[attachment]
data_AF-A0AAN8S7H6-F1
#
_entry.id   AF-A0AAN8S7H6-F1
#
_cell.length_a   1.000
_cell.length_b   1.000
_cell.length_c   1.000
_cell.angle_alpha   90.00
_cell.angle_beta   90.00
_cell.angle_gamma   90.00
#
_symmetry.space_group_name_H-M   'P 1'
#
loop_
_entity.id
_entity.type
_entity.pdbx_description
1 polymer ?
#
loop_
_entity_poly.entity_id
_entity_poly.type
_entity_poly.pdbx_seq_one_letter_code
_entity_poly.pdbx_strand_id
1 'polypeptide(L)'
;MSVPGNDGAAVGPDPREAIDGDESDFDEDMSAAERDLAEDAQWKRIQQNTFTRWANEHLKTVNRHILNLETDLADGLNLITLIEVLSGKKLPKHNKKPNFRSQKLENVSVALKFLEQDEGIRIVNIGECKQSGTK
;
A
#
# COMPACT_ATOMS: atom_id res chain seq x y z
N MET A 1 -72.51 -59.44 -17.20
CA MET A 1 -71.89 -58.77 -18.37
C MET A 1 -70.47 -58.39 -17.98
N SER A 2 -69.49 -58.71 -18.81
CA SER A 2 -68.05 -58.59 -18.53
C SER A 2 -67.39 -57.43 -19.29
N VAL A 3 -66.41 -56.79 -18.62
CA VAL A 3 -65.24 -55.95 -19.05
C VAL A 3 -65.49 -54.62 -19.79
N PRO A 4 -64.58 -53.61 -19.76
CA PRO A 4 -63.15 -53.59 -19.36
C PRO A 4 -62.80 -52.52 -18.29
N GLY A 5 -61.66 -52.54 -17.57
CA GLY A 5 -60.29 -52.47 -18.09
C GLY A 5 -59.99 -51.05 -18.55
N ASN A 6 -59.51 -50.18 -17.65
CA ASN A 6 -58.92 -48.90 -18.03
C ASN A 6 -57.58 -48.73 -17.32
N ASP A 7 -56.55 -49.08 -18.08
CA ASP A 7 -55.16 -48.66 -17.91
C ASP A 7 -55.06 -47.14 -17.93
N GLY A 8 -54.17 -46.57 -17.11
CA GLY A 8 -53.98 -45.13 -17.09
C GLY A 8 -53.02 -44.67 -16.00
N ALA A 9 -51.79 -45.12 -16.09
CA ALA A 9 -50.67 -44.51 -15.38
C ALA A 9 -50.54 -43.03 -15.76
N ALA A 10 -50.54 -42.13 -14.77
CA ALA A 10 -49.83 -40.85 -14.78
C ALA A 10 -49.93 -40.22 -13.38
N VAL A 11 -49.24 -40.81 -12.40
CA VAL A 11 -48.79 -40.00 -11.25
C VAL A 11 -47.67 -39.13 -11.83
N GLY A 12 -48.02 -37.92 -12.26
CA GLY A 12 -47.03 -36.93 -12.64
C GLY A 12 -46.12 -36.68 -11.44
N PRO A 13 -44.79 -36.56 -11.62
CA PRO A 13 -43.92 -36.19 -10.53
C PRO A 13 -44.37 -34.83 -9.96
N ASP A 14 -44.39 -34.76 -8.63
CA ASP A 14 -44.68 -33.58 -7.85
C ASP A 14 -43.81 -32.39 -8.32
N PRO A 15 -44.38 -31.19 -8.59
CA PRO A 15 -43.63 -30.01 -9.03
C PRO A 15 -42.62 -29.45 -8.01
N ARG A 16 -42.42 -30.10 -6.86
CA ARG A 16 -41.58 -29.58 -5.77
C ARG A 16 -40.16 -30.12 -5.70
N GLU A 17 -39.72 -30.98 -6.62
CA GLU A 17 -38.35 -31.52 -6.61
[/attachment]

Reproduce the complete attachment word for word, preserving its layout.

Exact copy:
data_AF-A0AAN8S7H6-F1
#
_entry.id   AF-A0AAN8S7H6-F1
#
_cell.length_a   1.000
_cell.length_b   1.000
_cell.length_c   1.000
_cell.angle_alpha   90.00
_cell.angle_beta   90.00
_cell.angle_gamma   90.00
#
_symmetry.space_group_name_H-M   'P 1'
#
loop_
_entity.id
_entity.type
_entity.pdbx_description
1 polymer ?
#
loop_
_entity_poly.entity_id
_entity_poly.type
_entity_poly.pdbx_seq_one_letter_code
_entity_poly.pdbx_strand_id
1 'polypeptide(L)'
;MSVPGNDGAAVGPDPREAIDGDESDFDEDMSAAERDLAEDAQWKRIQQNTFTRWANEHLKTVNRHILNLETDLADGLNLITLIEVLSGKKLPKHNKKPNFRSQKLENVSVALKFLEQDEGIRIVNIGECKQSGTK
;
A
#
# COMPACT_ATOMS: atom_id res chain seq x y z
N MET A 1 -72.51 -59.44 -17.20
CA MET A 1 -71.89 -58.77 -18.37
C MET A 1 -70.47 -58.39 -17.98
N SER A 2 -69.49 -58.71 -18.81
CA SER A 2 -68.05 -58.59 -18.53
C SER A 2 -67.39 -57.43 -19.29
N VAL A 3 -66.41 -56.79 -18.62
CA VAL A 3 -65.24 -55.95 -19.05
C VAL A 3 -65.49 -54.62 -19.79
N PRO A 4 -64.58 -53.61 -19.76
CA PRO A 4 -63.15 -53.59 -19.36
C PRO A 4 -62.80 -52.52 -18.29
N GLY A 5 -61.66 -52.54 -17.57
CA GLY A 5 -60.29 -52.47 -18.09
C GLY A 5 -59.99 -51.05 -18.55
N ASN A 6 -59.51 -50.18 -17.65
CA ASN A 6 -58.92 -48.90 -18.03
C ASN A 6 -57.58 -48.73 -17.32
N ASP A 7 -56.55 -49.08 -18.08
CA ASP A 7 -55.16 -48.66 -17.91
C ASP A 7 -55.06 -47.14 -17.93
N GLY A 8 -54.17 -46.57 -17.11
CA GLY A 8 -53.98 -45.13 -17.09
C GLY A 8 -53.02 -44.67 -16.00
N ALA A 9 -51.79 -45.12 -16.09
CA ALA A 9 -50.67 -44.51 -15.38
C ALA A 9 -50.54 -43.03 -15.76
N ALA A 10 -50.54 -42.13 -14.77
CA ALA A 10 -49.83 -40.85 -14.78
C ALA A 10 -49.93 -40.22 -13.38
N VAL A 11 -49.24 -40.81 -12.40
CA VAL A 11 -48.79 -40.00 -11.25
C VAL A 11 -47.67 -39.13 -11.83
N GLY A 12 -48.02 -37.92 -12.26
CA GLY A 12 -47.03 -36.93 -12.64
C GLY A 12 -46.12 -36.68 -11.44
N PRO A 13 -44.79 -36.56 -11.62
CA PRO A 13 -43.92 -36.19 -10.53
C PRO A 13 -44.37 -34.83 -9.96
N ASP A 14 -44.39 -34.76 -8.63
CA ASP A 14 -44.68 -33.58 -7.85
C ASP A 14 -43.81 -32.39 -8.32
N PRO A 15 -44.38 -31.19 -8.59
CA PRO A 15 -43.63 -30.01 -9.03
C PRO A 15 -42.62 -29.45 -8.01
N ARG A 16 -42.42 -30.10 -6.86
CA ARG A 16 -41.58 -29.58 -5.77
C ARG A 16 -40.16 -30.12 -5.70
N GLU A 17 -39.72 -30.98 -6.62
CA GLU A 17 -38.35 -31.52 -6.61